In the event that alleged counterfeit, pirated, illegal or infringing goods are listed or sold on our marketplace, we could face claims for such listings, sales or alleged infringement or for our failure to act in a timely or effective manner to restrict or limit such sales or infringement. For example, in January 2017, the Consumer Protection Agency in Egypt investigated the sale of unlisted drugs on our platform. As a result of this investigation, we were fined €5,000. Regardless of the validity of any claims made against us, we may incur significant costs and efforts to defend against or settle such claims. If a governmental authority determines that we have aided and abetted the infringement or sale of counterfeit, pirated or illegal goods, we could face regulatory, civil or criminal penalties. Successful claims by third-party rights owners could require us to pay substantial damages or refrain from permitting any further listing of the relevant items. These types of claims could force us to modify our business practices and implement further measures in an effort to protect against these potential liabilities, which could lower our revenue, increase our costs or make our platform less attractive and user-friendly. Sellers whose content is removed or services are suspended or terminated by us, regardless of our compliance with the applicable laws, rules and regulations, may dispute our actions and commence action against us for damages based on breach of contract or other causes of action or make public complaints or allegations. Any costs incurred as a result of liability or asserted liability relating to the sale of unlawful goods or other infringement could harm our business.

In addition, the public perception that counterfeit, pirated or illegal items are commonplace on our marketplace or perceived delays in our removal of these items, even if factually incorrect, could damage our

 

31


Table of Contents

reputation, result in lower list prices for goods sold through our marketplaces, harm our business, result in regulatory pressure or action against us and diminish the value of our brand.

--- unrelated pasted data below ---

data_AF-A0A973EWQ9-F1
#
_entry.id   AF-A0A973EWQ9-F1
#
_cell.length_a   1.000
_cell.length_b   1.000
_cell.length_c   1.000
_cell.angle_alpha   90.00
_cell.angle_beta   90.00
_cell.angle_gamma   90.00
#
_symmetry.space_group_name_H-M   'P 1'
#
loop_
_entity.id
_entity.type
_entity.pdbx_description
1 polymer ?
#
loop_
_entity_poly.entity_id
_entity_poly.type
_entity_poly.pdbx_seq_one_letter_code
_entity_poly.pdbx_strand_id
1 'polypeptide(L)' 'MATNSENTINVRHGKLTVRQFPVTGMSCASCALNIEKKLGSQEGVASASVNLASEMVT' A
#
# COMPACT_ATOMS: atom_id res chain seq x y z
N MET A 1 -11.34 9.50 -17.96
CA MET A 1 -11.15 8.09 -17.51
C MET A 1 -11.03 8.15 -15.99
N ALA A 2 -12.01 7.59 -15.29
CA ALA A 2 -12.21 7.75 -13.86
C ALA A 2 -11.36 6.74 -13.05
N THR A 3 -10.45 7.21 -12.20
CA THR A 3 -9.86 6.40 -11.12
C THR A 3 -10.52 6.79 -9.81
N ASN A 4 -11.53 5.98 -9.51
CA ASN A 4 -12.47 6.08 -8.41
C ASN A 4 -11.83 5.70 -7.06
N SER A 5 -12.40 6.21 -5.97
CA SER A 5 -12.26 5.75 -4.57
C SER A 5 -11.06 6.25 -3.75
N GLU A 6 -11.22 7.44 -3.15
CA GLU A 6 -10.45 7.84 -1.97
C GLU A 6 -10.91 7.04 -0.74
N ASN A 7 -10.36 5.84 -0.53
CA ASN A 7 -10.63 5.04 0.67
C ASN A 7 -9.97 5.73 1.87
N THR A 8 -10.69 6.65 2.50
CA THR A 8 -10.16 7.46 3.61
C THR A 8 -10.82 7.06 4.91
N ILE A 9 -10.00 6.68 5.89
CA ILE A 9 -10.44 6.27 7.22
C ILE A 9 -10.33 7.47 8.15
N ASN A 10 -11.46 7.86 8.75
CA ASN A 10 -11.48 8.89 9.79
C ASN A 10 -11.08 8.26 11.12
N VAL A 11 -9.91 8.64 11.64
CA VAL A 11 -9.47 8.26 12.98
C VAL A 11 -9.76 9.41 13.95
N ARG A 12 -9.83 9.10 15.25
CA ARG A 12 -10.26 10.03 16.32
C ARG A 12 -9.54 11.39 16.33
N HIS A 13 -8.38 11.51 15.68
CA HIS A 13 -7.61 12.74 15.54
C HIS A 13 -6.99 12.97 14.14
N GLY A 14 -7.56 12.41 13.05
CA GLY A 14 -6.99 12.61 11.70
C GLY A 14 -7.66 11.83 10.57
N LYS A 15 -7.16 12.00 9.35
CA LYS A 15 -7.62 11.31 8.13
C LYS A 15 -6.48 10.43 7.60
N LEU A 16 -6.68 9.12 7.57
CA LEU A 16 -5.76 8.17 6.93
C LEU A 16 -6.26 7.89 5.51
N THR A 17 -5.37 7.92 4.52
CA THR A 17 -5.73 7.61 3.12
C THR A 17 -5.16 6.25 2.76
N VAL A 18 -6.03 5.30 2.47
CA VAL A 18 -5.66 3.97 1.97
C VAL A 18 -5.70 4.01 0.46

The materialization of any of these risks could have a material adverse effect on our business, financial condition, results of operations and prospects.

Harmful goods, product defects and product recalls could adversely affect our business and reputation.

As the goods offered through our marketplace are manufactured by third parties, we have only limited control over the quality of these goods. We cannot always effectively prevent our sellers from selling harmful or defective goods, which could cause death, disease or injury to our consumers or damage their property. We may be seen as having facilitated the sale of such goods and may be forced to recall such goods. Where we act directly as seller, we may also have to recall harmful goods. In all of these cases, we may not be able to avoid product liability claims and/or administrative fines or criminal charges against us. There is no guarantee that we will be adequately insured against such risks or that we will be able to take recourse against the sellers or suppliers from whom we sourced these goods, in particular if the seller or supplier is located in a foreign country where enforcement of our rights may be difficult, such as China, or does not have sufficient capital to indemnify us. In addition, any negative publicity resulting from product recalls or the assertion that we sold defective goods could damage our brand and reputation.

The sale of harmful or defective goods and product recalls could have a material adverse effect on our business, financial condition, results of operations and prospects.

Failure to deal effectively with any fraud perpetrated and fictitious transactions conducted on our platform and other sources of consumer dissatisfaction could harm our business.

We face risks with respect to fraudulent activities on our platform. Given the countries in which we operate, the number of participants on our platform and the fragmentation of our business, it is a challenge to anticipate, detect and address fraudulent activities. Although we have implemented various measures to detect and reduce the occurrence of fraudulent activities on our platform, there can be no assurance that such measures will be effective in combating fraudulent transactions or improving overall satisfaction among sellers, consumers and other participants. Additional measures that we take to address fraud could also negatively affect the attractiveness of our platform to sellers or consumers.